Get Really Good At Something
“If you want to be proud of yourself, then do things in which you can take pride.”
– Karen Horney
Most people remain average at the various endeavors they undertake not because they’re inherently average but because at the unconscious level they believe they are. A self-fulfilling prophecy is born. In many cases we find that the underrating of natural traits and abilities has been instilled into them from an early age by parents, teachers, or other important authority figures. They don’t differentiate between super ego and Self, they take the first to be the second actually, so that they take ownership over beliefs about traits and abilities that have actually been implanted into them by the external environment.
Of course very few people will consciously call themselves or think about themselves as average. But when push comes to shove, these same people always come up with excuses to quit when the endeavors they’re pursuing start to get challenging, when behaviors beyond their current ability level are required, behaviors that would mean hard work and tenacity and above all unwavering belief in themselves. It’s simply that at that deeper unconscious level they don’t believe they’re up to the challenge, they’ve bought into the average myth, into the dominant narrative that has come to define them, a dominant narrative that says they’re unexceptional.
But everyone is potentially exceptional in some area. It’s simply a matter of isolating potentialities and pursuing authentic passions rather than following what the world dictates, what anonymous authority says is supposed to interest them and move them. It’s a matter of combating that self-defeating little voice telling them they’re not inherently good enough to get really good at what they’re doing, a voice they take to be their own but that is actually an alien invader taking up residence in their psyche.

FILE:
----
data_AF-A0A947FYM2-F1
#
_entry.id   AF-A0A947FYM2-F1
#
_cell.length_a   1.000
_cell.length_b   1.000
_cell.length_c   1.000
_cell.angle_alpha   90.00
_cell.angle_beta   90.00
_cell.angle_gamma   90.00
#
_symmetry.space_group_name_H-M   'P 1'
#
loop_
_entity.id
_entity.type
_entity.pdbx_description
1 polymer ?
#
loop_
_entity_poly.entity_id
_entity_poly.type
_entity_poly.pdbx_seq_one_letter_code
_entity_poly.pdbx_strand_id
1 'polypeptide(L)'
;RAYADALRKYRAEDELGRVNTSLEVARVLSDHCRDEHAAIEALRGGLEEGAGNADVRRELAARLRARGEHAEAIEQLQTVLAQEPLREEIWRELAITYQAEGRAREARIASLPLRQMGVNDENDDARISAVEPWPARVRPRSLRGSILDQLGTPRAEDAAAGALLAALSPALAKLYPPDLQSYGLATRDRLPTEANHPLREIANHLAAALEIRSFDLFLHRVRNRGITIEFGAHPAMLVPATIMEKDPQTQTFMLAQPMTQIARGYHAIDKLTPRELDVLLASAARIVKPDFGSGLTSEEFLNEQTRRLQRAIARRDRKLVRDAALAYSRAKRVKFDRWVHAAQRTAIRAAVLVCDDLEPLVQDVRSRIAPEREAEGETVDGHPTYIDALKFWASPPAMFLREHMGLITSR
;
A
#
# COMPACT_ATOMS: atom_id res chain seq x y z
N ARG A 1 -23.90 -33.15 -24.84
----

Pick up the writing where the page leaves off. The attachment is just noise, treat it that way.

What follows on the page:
A key to combating that super ego voice is firmly saying “I might not be good enough right now but I can be one day if I keep at it. Increasing skill occurs on a continuum not all at once.” Very few people, if any, start out really good at something. It’s a combination of inherent potentialities and dedication. It’s the decision to keep at it when confronted by a learning situation that lies outside of the current skill zone.
Get really good at something and it will positively influence every facet of your life. Your self-esteem will be based upon real achievements and the hard work it took to get there rather than rationalizations.